A modest neutrophil and macrophage inflammation did subsequently develop after Cl2 exposure and the inflammatory cells themselves could also have contributed to airway damage. Activated neutrophils can produce reactive oxygen species and myeloperoxidase, a neutrophil-specific enzyme that catalyses the formation of hypochlorous acid/hypochloride (HOCl/OCl-) from hydrogen peroxide. Neutrophils can also release proteolytic enzymes such as collagenase and elastase which could also contribute to the airway damage.

Following the acute airway injury induced by Cl2 gas exposure, tissue repair and restoration of the barrier function of the epithelium occurred. One mechanism by which an epithelial layer can be repaired is by migration of healthy epithelial cells from an area adjacent to the damaged epithelium. Studies of mechanical de-epithelialisation in vivo demonstrate that this is a quickly occurring process, with initial migration of adjacent epithelium to the wound site occurring within 8–15 hrs[16]. The relevance of migration as a mechanism, however, is questionable in cases of near to complete denudation of the epithelium, as was observed in many airways in this study. In this instance, growth and differentiation of local progenitor cells is another mechanism by which the epithelial layer can be repopulated. In the trachea and bronchi, basal cells constitute a separate layer of cells attached to the airway basement membrane. In response to epithelial injury, these cells can turn into a highly proliferative cell phenotype and can become flattened and cover the basement membrane[17]. In smaller bronchioles, Clara cells likely play the role of progenitor cell after injury[18] Intriguing new evidence suggests a possible role for circulating bone marrow stem cells in bronchiolar repopulation after injury[19]. Ortiz et al. [19] have demonstrated that murine mesenchymal stem cells are able to home to the lung after injury and adopt an epithelium-like phenotype. It is uncertain at this time as to which specific cell population may have acted as progenitor cells for the airway epithelium in this study.

The time course of epithelial repair after Cl2 gas exposure was assessed by quantifying the amount of cellular proliferation occurring in the airway. Increased levels of PCNA immunoreactivity were detectable by 48 hrs and maximal proliferative activity in the airways occurred 5 d post-exposure. Compared to other studies reporting dynamics of epithelial repair after acute airway injury, the recovery of murine airways from Cl2 damage was relatively prolonged. In rats, peak cell proliferation occurred 26 to 36 hrs after mechanical injury of tracheal epithelium[20, 21] and at 24 to 48 hrs after acute ozone exposure[22]. In mice, epithelial cell proliferation after desquamation of airway epithelium by naphthalene treatment was maximal 2 to 7 days post-treatment depending on mouse strain[23]. The time course of epithelial repair after damage is likely related to the severity of injury, and therefore is difficult to compare among these different models.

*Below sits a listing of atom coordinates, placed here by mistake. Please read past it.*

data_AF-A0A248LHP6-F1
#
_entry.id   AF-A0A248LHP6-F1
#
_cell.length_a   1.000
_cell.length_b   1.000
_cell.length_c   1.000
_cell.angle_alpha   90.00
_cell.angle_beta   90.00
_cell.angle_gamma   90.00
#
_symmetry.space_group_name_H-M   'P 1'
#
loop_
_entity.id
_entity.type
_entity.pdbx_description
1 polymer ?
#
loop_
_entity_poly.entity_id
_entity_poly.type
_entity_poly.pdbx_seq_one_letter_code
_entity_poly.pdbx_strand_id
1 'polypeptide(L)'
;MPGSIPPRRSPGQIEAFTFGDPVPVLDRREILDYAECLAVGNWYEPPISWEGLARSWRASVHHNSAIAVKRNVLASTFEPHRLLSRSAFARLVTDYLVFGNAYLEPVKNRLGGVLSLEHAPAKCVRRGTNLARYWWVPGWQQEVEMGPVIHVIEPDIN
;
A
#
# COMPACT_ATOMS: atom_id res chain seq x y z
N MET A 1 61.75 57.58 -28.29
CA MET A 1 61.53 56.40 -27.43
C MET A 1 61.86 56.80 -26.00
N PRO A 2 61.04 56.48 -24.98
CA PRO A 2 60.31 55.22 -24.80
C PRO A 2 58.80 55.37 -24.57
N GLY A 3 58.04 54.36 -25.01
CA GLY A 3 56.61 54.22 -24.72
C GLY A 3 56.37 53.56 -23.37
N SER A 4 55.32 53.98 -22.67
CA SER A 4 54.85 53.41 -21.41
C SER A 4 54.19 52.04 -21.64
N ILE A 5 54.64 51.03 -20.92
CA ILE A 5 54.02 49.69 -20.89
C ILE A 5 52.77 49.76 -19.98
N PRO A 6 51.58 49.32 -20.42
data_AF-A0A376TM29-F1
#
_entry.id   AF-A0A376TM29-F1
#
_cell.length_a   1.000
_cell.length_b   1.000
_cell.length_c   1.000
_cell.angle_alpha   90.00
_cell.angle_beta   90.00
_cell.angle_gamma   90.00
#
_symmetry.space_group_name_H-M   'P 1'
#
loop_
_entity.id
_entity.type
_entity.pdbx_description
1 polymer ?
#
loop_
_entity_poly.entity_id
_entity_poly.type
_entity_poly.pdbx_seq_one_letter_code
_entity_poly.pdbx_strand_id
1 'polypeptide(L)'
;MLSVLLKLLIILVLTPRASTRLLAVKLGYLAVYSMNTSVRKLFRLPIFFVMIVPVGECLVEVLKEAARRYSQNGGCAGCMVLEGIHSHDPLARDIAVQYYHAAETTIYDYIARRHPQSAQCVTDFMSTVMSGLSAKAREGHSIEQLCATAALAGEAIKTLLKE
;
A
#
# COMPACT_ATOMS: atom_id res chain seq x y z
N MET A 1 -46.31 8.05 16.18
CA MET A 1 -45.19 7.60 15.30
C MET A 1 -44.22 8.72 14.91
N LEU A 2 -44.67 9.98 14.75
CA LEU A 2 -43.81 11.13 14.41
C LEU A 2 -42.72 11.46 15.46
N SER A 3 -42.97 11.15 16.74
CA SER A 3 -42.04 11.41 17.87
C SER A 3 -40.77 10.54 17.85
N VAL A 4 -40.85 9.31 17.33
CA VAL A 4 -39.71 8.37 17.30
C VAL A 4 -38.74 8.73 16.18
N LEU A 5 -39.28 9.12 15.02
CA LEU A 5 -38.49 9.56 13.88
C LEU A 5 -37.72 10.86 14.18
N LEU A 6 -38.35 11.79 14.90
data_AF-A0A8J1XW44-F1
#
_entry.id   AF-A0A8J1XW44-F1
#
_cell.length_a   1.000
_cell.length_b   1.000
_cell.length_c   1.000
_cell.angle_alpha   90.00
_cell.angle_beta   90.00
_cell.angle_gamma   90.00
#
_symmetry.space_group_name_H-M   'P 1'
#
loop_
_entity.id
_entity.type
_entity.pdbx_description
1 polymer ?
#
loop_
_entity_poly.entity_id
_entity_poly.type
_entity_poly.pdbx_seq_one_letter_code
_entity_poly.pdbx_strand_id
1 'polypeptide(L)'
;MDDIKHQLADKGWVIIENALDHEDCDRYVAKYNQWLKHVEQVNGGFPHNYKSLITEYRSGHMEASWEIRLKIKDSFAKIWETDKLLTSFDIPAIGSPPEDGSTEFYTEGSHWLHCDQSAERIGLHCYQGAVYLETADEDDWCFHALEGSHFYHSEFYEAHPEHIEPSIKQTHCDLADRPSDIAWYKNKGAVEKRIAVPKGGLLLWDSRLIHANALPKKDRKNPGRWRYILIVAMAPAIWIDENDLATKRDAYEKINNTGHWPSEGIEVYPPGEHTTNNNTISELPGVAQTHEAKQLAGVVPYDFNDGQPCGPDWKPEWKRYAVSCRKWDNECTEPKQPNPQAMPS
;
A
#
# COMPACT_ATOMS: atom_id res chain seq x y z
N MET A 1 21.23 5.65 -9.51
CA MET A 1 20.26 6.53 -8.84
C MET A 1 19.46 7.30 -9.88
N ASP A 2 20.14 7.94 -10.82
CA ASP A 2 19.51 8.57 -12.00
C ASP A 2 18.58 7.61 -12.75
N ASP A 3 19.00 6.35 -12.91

Increased cellular proliferation after Cl2 exposure was not limited to the airway epithelium as significant PCNA immunoreactivity was also observed in the sub-epithelial layer of airways. Using immunohistochemical co-localization, we provide evidence of airway smooth muscle cell proliferation. This finding, together with the quantification of ASM mass, suggests that chlorine exposure in this model results in ASM hyperplasia. This is in agreement with the study of Demnati et al [8] who reported an increase, albeit transient, in ASM quantity in rats after acute exposure to Cl2 gas.